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The week in Wales and beyond

25th to 30th January


Two polls testing the political temperature in Wales were produced this week. The first you can see here . The second was for BBC. Both polls pointed to very little change in Wales. The BBC reckoned as few as two Welsh seats would change hands. Their survey conducted by ICM put Labour on 38%, no change since September, the Conservatives down two percentage points to 21%, UKIP on 13% (down one), Plaid Cymru on 12% (down one), the Lib Dems unchanged at 7% and the Green Party up from 2% in September to 6% now. The growth of the Green party support was also mirrored in the other poll.

Health dominated the political debate both in Wales and in Westminster (see an actual step taken to limit ill-health was taken by Mark Drakeford he gave his consent to the new Westminster law introducing standardised packaging for cigarettes and hand rolling tobacco  applying to Wales. The regulations, which will be subject to a vote by MPs, is intended to come into force by May 2016.

Politics and Rugby are supposedly the two Welsh passions. Many a Gog would dispute that the latter is as important as football. But that said, politicians just so love to be associated with sport. Their hope is that some of sport’s popularity will rub off on them.  So like manna from heaven an issue falls into their lap that they can show what good guys and gals they are.  The issue, ‘free-to-view’ rugby coverage. Apparently there’s a threat that the six nations competition will vanish off the BBC and into the hands of those TV companies that charge to view. No, no says Welsh sports minister, Ken Skates. Owen Smith, the shadow Welsh Secreatary says over his dead body. Let’s hope nobody takes him up on his offer. Quicker off the mark, the Liberal Democrats they’ve organised a petition and their leader Kirsty Williams is writing to John Feehan, Chief Executive of the Six Nations tournament, imploring on him to choose a rights deal with a free-to-air channel. So politicians can disagree on matters of war and peace, but when it comes to rugby well, that’s a different game, eh.

Lord Dafydd Wigley who is master minding Plaid Cymru’s election campaign and seen as very much in the ranks of Plaid Cymru seen as a safe pair of hands dropped the ball rather badly. He made a comparison between Auschwitz and jobs coming to Wales should Trident move to Milford Haven. The point he was trying to make was that it wasn’t jobs at all cost. He quickly realized his gaff and apologized. But of course by then the story was making it big in the London press. Not the most auspicious of starts to Plaid’s campaign, me thinks, Lord.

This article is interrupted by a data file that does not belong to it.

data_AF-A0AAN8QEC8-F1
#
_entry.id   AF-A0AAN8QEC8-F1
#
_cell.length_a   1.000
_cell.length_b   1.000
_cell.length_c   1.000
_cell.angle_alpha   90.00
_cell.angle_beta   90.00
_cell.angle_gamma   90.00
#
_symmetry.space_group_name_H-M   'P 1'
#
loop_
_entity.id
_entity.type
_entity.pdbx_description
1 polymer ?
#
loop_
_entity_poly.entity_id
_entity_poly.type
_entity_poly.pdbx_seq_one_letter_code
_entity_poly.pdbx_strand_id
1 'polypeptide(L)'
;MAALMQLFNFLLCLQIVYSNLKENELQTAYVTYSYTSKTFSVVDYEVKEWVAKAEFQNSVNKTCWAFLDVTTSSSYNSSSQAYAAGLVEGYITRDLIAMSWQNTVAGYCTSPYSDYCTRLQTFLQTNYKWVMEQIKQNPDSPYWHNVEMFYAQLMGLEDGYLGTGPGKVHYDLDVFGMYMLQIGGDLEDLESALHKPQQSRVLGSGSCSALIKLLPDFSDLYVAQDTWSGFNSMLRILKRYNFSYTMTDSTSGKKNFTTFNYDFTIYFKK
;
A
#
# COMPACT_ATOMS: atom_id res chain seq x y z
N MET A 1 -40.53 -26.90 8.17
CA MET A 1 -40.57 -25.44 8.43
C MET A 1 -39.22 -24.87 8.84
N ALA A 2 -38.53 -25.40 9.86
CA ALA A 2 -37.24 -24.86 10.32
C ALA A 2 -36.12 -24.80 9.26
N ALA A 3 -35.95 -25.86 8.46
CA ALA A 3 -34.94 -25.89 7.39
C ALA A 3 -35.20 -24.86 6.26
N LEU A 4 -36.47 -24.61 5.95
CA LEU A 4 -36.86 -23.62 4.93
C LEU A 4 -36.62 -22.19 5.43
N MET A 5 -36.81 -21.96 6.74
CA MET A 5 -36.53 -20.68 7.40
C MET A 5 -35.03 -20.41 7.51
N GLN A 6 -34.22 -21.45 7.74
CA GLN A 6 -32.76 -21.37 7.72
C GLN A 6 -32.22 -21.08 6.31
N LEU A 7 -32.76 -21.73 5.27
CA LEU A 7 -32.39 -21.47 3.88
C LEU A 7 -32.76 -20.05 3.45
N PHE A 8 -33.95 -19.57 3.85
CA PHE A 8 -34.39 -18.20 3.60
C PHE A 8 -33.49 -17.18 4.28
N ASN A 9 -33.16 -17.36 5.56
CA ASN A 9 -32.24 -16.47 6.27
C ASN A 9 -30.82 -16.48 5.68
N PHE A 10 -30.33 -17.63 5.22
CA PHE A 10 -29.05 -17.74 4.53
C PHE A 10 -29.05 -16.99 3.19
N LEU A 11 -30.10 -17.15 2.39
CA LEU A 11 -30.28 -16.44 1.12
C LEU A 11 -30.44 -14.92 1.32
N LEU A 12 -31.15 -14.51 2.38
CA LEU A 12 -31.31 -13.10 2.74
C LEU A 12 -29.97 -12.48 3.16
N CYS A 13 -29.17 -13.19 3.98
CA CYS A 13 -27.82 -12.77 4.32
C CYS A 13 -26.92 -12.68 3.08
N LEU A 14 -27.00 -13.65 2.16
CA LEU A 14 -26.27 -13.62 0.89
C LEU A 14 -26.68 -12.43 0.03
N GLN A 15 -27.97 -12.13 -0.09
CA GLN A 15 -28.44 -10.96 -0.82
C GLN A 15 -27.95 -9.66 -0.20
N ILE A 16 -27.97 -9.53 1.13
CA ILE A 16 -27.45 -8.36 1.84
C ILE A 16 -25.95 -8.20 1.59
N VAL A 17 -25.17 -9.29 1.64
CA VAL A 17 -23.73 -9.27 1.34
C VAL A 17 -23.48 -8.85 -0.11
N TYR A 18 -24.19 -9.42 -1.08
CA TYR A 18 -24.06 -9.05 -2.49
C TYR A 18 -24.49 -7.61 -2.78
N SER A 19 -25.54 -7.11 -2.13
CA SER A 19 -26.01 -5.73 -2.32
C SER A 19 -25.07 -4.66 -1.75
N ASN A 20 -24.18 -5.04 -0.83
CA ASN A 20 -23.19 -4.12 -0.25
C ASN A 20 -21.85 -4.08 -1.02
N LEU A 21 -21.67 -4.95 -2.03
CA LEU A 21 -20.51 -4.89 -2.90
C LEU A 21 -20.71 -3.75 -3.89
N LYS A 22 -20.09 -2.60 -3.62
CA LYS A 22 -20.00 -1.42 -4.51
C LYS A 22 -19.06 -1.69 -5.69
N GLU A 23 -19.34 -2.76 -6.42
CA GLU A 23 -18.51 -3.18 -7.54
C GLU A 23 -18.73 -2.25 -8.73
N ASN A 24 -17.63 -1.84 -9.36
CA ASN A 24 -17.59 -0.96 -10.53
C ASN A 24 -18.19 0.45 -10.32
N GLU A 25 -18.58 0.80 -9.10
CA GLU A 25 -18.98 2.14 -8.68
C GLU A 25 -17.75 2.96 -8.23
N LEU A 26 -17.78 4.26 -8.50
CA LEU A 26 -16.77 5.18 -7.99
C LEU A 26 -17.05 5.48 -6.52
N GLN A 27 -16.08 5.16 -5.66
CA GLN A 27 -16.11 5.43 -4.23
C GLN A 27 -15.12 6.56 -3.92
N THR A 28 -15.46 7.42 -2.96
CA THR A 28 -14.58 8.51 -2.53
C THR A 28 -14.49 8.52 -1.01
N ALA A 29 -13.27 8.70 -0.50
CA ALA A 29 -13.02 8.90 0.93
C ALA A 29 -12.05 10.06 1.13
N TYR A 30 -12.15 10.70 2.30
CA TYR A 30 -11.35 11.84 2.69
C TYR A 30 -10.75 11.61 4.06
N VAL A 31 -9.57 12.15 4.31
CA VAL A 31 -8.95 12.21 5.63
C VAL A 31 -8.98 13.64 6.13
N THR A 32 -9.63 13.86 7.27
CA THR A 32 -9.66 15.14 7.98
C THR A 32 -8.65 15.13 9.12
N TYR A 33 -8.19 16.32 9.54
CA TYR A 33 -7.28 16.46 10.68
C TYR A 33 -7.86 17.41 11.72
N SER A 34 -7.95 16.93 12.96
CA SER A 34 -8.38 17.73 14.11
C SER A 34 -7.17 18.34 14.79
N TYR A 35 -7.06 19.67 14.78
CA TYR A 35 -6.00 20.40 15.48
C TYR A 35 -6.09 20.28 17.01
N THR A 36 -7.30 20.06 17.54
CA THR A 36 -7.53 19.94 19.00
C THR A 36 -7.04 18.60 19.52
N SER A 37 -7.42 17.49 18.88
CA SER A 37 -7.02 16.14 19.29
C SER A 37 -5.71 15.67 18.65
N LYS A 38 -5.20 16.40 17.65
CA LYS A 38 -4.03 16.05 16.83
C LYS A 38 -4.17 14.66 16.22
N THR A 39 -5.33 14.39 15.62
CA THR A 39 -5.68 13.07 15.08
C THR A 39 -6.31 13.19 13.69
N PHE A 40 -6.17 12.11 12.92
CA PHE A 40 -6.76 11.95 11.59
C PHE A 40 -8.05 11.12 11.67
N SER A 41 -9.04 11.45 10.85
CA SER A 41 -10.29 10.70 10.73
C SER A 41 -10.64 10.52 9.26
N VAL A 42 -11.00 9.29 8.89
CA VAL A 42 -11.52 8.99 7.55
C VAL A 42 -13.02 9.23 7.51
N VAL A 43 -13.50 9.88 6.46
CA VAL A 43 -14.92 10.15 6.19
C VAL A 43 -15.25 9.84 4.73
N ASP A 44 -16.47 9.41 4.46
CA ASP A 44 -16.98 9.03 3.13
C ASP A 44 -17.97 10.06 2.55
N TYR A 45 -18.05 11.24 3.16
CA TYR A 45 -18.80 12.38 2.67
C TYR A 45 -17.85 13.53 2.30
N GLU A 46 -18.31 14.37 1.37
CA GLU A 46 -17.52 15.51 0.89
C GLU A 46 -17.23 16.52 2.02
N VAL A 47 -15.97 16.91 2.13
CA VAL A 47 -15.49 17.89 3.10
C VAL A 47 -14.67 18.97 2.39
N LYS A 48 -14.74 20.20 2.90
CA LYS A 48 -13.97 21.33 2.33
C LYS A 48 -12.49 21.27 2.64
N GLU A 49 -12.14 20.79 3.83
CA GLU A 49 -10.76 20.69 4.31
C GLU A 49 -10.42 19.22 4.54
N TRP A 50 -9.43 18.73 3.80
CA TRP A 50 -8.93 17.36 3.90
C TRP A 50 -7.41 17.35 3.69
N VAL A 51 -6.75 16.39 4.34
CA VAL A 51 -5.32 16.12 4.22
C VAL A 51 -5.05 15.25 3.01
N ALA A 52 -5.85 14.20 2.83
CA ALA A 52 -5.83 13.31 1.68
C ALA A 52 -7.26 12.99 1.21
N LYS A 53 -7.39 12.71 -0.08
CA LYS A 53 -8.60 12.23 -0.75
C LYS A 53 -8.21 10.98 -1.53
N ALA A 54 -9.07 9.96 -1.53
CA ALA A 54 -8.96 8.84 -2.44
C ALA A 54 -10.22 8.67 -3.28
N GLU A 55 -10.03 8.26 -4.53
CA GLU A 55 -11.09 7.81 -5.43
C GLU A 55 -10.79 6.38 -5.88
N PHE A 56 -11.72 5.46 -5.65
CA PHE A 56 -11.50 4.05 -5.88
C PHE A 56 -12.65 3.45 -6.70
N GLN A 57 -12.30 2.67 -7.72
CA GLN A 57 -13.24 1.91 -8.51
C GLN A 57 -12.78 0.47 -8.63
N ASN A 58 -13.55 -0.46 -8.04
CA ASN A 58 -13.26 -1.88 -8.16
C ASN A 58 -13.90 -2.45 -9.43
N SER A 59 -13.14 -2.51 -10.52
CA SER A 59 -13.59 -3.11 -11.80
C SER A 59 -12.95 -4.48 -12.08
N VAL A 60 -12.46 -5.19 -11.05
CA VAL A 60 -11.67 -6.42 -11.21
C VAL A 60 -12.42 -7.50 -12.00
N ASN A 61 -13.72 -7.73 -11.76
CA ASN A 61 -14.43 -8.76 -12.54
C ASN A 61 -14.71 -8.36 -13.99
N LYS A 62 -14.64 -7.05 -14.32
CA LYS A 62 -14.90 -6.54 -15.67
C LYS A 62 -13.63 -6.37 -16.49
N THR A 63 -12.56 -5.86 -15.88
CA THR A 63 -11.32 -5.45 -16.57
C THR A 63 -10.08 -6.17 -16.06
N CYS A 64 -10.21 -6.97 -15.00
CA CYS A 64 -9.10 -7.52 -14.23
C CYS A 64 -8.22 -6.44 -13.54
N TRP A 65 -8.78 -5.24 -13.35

Mr Miliband visited Scotland to  confirm that a “Home Rule bill for Scotland” would be introduced within the first 100 days of a Labour government. Well, he would. After all, despite his protests to the contrary, he might be dependent on SNP support if he’s to get the keys of Number 10. But with the SNP pretty ill-disposed to the current Home Rule bill as keeping 70% of taxation and 85% of welfare spending in Westminster, Mr Miliband might well find himself having to introduce a very different Home Rule bill to the one he invisages, if he’s to gain Ms Sturgeon’s support.

A party that was the hope of the working class, with a mass membership and the bulk of trade unions affiliated to it, is looking oblivion in the face. (see

Police forces across England and Wales have been ordered to review nearly 2,000 cases of alleged corruption in their ranks over concerns that they were not properly investigated. A report by Her Majesty’s Inspectorate of Constabulary (HMIC) has found that no action was taken in two-thirds of the investigations into alleged police corruption last year. Clearly, the blind eye, has it.

According to the Institute of Fiscal Studies the wage squeeze means that British workers are taking less home in real terms than in 2001. Wages were 1% lower in the third quarter of 2014 than in the same period 13 years earlier after taking inflation into account. Opposition politicians were quick to latch on with the predictable – it’s a “cost of living crisis.”


The polling averages point to a hung parliament with Labour one short of an overall majority. The Welsh polls are dealt elsewhere in this blog.


YouGov/Sun         Con 34% Lab 33% LibDem 6% UKIP 15% Green 7%


ComRes/Independent         Con 31%(+2) Lab 30%(-1) LibDem 8%(-4) UKIP 17%(+1) Green 7%(+2)


Populus         Con 34% Lab 35% LibDem 9% UKIP 13% Green 6%

Ashcroft         Con 32%(+3) Lab 32%(+4) LibDem 6%(-3) UKIP 15% nc) Green 9% (-2)

Survation/Daily Mirror             Con 31% Lab 30% LibDem 7% Green 3% UKIP 23%


YouGov/Sunday Times         Con 32% Lab 32% LibDem 7% UKIP 15% Green 7%



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